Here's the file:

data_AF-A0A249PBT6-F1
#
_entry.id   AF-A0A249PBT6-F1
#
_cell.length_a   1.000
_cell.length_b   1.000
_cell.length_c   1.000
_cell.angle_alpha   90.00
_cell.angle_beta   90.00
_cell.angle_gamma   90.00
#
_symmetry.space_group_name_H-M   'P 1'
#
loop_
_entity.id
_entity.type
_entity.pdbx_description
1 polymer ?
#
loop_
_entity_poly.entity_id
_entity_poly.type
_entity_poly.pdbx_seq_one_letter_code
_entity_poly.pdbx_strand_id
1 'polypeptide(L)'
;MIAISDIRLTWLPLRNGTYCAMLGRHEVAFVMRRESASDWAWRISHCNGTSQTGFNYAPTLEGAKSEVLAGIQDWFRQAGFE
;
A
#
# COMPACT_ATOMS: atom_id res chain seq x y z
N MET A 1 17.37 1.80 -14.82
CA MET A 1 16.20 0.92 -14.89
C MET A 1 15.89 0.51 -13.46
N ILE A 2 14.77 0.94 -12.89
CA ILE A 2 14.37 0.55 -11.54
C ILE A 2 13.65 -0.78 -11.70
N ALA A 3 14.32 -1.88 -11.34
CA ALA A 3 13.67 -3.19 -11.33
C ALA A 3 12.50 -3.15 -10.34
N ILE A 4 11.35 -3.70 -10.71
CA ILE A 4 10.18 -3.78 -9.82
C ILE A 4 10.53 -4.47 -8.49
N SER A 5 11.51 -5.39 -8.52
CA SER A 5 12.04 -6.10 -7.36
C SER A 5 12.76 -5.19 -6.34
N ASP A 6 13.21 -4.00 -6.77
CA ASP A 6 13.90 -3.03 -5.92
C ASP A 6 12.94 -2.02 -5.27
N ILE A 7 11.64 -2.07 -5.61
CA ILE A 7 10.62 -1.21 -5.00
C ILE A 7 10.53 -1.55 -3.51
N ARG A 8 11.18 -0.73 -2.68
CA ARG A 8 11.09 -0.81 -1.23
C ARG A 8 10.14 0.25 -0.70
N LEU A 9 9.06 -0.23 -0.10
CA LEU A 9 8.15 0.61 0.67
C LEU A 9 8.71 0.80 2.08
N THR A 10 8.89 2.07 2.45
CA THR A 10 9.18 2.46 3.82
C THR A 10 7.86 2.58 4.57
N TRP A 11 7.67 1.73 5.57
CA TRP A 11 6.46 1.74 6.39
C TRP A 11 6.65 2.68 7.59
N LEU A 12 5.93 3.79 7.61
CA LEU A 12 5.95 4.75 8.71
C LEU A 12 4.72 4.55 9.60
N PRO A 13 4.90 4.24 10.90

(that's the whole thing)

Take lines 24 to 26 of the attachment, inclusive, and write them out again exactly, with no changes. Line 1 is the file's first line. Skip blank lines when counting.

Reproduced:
_entity_poly.pdbx_strand_id
1 'polypeptide(L)'
;MIAISDIRLTWLPLRNGTYCAMLGRHEVAFVMRRESASDWAWRISHCNGTSQTGFNYAPTLEGAKSEVLAGIQDWFRQAGFE